First up, we will be at the McDonald Institute’s Prehistory and Archaeology Day, where trying your hand at ancient writing will be just one of the activities on offer. This is an all day event on Saturday 21st October at the Cambridge Archaeological Unit.

Also coinciding with part of the Festival of Ideas is a brand new exhibition at the Fitzwilliam Museum in Cambridge, Codebreakers and Groundbreakers. This exhibition will examine various aspects of the codebreaking process by focusing on two important 20th century events: the breaking of the Enigma code by Alan Turing and the decipherment of Linear B by Michael Ventris. Opening on 24th October, it will be running until early February – so if you have a chance to come to Cambridge in this period, please do drop by and have a look! Continue reading “Coming up at CREWS…”

Punic in Wales? An intriguing inscription

Punic is the name we give to a language spoken in north Africa, a continuation of the earlier Phoenician language (originating in the Levant, around modern Syria and Lebanon), and written for the most part in a developed form of the same writing system. Punic inscriptions have surfaced in several areas around the Mediterranean, but one of the furthest-flung examples comes from a less exotic location – Holt, a town on the Welsh border, a bit to the south of Chester. So what was Punic doing there?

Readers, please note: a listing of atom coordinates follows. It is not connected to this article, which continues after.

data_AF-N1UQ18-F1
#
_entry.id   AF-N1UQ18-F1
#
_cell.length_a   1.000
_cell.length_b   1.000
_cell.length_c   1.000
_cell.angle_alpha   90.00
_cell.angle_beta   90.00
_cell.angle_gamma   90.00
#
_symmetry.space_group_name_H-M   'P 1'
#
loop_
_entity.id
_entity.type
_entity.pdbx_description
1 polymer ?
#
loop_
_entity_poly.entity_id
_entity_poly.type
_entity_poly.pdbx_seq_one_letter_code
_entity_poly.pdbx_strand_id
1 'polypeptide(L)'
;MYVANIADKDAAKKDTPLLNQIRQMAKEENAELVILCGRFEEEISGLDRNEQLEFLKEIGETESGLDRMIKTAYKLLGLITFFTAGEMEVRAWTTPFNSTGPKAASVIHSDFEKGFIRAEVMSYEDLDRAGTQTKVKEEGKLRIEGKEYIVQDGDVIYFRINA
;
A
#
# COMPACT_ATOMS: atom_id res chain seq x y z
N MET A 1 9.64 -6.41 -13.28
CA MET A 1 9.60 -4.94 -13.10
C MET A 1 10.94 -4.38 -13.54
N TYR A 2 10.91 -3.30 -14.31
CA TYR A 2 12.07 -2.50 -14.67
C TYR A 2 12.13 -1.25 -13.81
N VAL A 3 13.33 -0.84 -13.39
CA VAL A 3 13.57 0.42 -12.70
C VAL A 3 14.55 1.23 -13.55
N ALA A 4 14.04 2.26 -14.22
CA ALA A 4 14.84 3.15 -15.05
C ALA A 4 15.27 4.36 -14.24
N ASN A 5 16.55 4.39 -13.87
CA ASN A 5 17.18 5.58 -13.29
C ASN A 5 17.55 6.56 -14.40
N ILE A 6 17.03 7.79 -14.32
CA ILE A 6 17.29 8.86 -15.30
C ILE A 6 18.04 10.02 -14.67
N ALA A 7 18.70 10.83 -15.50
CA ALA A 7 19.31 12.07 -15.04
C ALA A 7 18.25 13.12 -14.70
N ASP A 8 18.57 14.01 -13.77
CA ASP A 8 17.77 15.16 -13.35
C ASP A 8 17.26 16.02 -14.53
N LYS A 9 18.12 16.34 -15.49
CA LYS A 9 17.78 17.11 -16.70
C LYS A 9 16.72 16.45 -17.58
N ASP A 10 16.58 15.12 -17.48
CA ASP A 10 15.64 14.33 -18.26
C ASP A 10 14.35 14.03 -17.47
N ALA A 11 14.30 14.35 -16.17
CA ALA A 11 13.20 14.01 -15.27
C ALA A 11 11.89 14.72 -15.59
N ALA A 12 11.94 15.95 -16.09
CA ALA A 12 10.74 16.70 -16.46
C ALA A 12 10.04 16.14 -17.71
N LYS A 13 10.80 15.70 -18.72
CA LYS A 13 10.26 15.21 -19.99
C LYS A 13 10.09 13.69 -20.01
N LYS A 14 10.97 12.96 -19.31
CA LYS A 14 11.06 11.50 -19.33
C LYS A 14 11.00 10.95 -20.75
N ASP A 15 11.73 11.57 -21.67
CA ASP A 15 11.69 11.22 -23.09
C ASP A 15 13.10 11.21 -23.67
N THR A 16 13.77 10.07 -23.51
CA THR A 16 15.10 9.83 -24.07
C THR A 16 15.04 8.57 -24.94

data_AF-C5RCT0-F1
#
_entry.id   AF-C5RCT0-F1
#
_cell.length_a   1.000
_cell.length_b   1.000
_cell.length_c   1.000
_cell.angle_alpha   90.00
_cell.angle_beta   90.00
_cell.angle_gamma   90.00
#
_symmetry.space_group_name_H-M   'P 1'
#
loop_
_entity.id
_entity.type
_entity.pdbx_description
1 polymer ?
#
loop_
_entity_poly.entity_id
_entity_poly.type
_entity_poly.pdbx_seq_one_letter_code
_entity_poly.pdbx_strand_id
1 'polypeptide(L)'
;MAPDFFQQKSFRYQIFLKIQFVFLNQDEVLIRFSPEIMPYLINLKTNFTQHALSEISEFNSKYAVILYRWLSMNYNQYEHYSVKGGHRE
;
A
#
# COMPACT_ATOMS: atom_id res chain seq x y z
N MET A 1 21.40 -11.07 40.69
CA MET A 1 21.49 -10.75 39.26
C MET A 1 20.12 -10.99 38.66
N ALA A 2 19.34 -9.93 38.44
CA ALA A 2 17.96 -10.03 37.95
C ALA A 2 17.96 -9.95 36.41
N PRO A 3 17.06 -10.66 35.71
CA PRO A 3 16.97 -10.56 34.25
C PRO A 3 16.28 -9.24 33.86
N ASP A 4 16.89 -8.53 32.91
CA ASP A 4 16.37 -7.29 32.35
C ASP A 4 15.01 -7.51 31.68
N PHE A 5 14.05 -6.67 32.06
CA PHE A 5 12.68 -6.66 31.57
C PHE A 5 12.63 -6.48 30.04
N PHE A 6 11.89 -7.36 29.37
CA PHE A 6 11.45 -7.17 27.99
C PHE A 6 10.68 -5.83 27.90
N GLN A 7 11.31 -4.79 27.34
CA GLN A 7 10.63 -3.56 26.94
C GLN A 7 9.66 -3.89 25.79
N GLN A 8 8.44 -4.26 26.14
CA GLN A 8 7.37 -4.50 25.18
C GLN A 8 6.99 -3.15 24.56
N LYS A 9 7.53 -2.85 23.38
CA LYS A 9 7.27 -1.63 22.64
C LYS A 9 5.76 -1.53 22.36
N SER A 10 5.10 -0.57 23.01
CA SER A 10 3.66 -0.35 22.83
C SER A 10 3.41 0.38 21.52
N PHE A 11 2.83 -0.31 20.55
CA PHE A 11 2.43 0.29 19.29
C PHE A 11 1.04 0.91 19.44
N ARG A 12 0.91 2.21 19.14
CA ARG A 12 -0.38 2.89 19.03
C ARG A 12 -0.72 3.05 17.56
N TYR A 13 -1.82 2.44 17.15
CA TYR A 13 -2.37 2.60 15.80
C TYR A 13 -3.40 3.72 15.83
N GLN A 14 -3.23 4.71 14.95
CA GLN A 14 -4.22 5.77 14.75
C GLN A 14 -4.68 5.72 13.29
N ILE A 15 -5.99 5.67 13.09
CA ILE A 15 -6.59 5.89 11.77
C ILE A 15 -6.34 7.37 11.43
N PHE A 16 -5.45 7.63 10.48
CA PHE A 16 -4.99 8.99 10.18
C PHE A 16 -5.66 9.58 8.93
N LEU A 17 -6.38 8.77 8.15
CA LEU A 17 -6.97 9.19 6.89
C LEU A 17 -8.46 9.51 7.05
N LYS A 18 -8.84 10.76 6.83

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Image from A. Guillaume ‘The Phoenician Graffito in the Holt Collection of the National Museum of Wales’, Iraq 7 (1940), 67-8.

Continue reading “Punic in Wales? An intriguing inscription”

The CREWS Team Complete!

The CREWS Project has recently welcomed Sarah Lewis to the team, as our Project Assistant and Administrator. Sarah joins us from Regent’s University London, where she was a Data and Research Officer, and is excited to be part of the CREWS Project Team as it has many links to her broader interest in languages, sociolinguistics and language development. sarahSarah gained an MA (Hons) in Applied Linguistics from the University of Sheffield in 2006, where she particularly focussed on language development and the social context of language use in L1 and L2 learners.